A solid body of evidence, from both controlled laboratory experiments and field studies, shows that compensation based on the pay-for-performance (P-f-P) principle—when individuals receive a fixed percentage of the profits resulted from their activities–is effective in inducing higher levels of effort and productivity. However, one must keep in mind that this evidence comes from studying simple routine tasks, in which effort is the main prerequisite for productivity.
But what about activities such as innovation, which requires creativity and exploration of novel approaches? The concern here is that P-f-P, when applied to innovation, could undermine performance because it’ll encourage repetition of what has worked in the past, rather than experimenting with new ways of doing things.
How should executive and managerial compensation be structured if the goal is to foster innovation?
An interesting insight was provided by Florian Ederer and Gustavo Manso in their 2013 paper “Is Pay-for-Performance Detrimental to Innovation?” Ederer & Manso conducted a series of laboratory experiments, in which 379 subjects faced the choice between exploitation and exploration. More specifically, subjects were asked to control the operations of a fictional lemonade stand and had to find the optimal location of the stand as well and the optimal product features. Subjects had a choice to either fine-tune the recommendations given to them by the “previous manager” (exploitation) or select an entirely different strategy (exploration).
There were three different treatment groups, with the only difference between them being the structure of compensation. Subjects in the first treatment group received a fixed wage during the whole experiment. Subjects in the second group were given a standard P-f-P contract (a fixed percentage of the profits produced during the experiment). For the subjects in the third group, the compensation was a fixed percentage of the profits produced during the second half of the experiment. This compensation structure allowed the subjects to fail at no cost in the first half of the experiment while exploring new strategies, but reap the full benefits of their exploration after learning better ways of performing the task.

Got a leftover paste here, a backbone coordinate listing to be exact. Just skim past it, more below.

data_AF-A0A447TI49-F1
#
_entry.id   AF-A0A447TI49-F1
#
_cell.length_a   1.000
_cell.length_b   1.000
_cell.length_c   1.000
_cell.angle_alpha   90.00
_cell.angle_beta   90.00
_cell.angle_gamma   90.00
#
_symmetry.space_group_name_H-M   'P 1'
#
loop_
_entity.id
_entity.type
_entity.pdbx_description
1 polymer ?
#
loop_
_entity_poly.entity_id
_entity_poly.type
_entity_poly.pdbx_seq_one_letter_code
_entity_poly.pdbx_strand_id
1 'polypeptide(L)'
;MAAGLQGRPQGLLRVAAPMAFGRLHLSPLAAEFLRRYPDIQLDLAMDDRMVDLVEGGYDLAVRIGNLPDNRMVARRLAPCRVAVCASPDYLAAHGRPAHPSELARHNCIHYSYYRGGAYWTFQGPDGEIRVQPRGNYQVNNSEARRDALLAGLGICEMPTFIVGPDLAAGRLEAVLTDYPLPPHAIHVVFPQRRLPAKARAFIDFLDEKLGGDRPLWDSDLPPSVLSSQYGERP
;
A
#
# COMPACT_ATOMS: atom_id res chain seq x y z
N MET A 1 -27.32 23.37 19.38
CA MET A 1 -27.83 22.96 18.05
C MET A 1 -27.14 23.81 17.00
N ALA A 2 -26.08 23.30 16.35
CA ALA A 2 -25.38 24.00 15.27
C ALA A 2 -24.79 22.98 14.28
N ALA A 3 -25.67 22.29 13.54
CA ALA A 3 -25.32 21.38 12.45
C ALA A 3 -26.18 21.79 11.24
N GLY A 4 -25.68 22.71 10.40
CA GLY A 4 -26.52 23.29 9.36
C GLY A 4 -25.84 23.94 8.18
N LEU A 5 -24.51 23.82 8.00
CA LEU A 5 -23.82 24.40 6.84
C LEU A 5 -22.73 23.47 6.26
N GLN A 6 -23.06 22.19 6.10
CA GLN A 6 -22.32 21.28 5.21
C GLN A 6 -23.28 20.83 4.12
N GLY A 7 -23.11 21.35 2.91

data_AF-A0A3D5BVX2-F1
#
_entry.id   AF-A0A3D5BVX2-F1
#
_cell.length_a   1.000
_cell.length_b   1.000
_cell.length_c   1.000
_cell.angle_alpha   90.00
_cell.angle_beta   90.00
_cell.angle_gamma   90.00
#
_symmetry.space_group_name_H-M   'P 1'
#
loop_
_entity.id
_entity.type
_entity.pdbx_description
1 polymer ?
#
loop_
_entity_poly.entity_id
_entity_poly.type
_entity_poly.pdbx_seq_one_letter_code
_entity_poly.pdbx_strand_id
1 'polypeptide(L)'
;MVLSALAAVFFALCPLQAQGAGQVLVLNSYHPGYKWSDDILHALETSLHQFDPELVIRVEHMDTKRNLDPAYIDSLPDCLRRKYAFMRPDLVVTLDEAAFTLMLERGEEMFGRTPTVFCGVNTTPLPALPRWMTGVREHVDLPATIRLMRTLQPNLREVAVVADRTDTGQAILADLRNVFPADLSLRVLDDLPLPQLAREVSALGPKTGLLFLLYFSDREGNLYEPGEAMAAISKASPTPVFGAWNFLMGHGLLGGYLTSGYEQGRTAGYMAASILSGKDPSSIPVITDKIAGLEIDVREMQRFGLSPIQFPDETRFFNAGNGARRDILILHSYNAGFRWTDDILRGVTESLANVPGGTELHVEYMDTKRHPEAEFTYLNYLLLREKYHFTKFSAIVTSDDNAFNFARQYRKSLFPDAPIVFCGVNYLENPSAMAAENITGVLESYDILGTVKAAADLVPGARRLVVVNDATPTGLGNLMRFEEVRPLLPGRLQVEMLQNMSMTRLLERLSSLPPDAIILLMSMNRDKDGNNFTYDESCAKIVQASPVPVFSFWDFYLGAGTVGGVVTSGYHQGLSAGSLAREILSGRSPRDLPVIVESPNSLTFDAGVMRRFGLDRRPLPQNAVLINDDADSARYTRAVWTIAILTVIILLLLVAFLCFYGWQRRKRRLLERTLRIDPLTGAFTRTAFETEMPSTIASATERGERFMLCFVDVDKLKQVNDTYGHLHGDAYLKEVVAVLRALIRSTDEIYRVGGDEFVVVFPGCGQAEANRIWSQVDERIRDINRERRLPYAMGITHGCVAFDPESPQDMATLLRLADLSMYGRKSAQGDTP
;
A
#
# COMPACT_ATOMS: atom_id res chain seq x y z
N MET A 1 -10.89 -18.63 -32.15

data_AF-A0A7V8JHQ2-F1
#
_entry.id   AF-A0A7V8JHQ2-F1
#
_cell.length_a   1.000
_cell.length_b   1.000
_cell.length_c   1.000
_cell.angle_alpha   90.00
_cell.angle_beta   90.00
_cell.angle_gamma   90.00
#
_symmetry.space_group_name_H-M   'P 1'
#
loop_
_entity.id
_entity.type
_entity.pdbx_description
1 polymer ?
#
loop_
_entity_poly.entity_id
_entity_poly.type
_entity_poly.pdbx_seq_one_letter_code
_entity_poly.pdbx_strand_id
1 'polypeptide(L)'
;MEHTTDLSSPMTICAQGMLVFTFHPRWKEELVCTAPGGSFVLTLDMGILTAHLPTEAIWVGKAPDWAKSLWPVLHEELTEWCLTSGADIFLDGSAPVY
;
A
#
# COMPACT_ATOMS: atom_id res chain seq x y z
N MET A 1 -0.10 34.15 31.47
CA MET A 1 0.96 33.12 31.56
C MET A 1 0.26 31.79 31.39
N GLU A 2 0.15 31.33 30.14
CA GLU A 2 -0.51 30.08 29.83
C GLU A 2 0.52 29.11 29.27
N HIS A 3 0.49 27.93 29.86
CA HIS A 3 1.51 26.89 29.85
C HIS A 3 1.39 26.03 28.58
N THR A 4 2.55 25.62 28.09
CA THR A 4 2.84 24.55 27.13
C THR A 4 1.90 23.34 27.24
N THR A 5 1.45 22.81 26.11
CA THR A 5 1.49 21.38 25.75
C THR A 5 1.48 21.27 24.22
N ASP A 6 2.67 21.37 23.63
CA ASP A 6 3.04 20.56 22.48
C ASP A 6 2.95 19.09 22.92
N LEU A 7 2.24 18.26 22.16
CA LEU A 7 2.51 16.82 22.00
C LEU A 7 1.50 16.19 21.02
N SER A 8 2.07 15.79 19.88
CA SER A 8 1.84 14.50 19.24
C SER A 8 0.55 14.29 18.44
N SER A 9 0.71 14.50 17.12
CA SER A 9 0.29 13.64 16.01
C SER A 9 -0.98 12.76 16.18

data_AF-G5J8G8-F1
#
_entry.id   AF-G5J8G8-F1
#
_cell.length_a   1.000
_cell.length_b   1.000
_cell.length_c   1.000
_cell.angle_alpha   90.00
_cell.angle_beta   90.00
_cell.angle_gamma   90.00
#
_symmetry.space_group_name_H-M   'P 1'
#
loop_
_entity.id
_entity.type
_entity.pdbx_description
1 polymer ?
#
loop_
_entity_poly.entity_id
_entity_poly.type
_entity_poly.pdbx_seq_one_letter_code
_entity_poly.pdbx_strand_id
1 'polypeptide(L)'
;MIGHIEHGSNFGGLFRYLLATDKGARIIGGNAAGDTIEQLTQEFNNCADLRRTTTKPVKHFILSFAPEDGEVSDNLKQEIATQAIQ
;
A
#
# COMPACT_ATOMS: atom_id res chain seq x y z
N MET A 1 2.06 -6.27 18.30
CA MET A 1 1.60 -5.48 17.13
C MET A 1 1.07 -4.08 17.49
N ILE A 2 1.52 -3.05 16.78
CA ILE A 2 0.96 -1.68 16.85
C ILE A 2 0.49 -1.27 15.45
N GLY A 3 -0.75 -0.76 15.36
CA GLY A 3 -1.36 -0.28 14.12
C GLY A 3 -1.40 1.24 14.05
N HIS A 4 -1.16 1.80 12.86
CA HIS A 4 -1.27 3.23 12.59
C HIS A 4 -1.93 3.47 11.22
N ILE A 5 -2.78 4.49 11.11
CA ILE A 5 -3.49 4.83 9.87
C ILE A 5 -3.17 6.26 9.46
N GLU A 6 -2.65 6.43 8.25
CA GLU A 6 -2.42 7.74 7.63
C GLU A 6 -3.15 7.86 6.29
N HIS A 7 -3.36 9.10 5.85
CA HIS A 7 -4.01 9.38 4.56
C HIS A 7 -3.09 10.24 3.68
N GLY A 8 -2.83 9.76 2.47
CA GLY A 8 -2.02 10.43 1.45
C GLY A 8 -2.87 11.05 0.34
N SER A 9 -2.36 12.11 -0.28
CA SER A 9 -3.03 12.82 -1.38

The authors’ main hypothesis was that subjects in the third group would explore more than subjects in two other groups while trying to find a superior strategy. Experimental results did confirm this assumption. Moreover, the results showed that the subjects in the third group not only explored more; they showed superior performance in finding an optimal performance strategy.
The authors found that risk aversion played a key role in accounting for the poor performance of the subjects in the second (P-f-P contract) group: under the P-f-P contract, more risk-averse subjects were less likely to find the optimal performance strategy; as the result, they obtained lower average profits than less risk-averse subjects.
The above study provides a solid experimental support to a theoretical analysis conducted by Manso in 2011 that showed that the optimal incentives motivating employees to innovate must include a combination of tolerance for failures in the short term and reward for success in the long run. Tolerance for early failures allows the employees to take risks at the initial stages of the innovation process without incurring the negative consequences of failed projects. In a series of previous posts, I discussed how tolerance for innovation failures can be institutionalized by the application of the wrongful discharge laws, debtor-friendly bankruptcy codes, and choosing risk-tolerant VC investors.
The reward for long-term success encourages the employees to explore risky ideas that may allow them to achieve innovation breakthroughs in more distant future. The best way of achieving such an encouragement seems to be via compensation strategies heavily relying on long-term stock option grants. I’ll return to this specific topic in my future posts.
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The image credit: https://gpidesign.com/2015/06/photo-or-faux/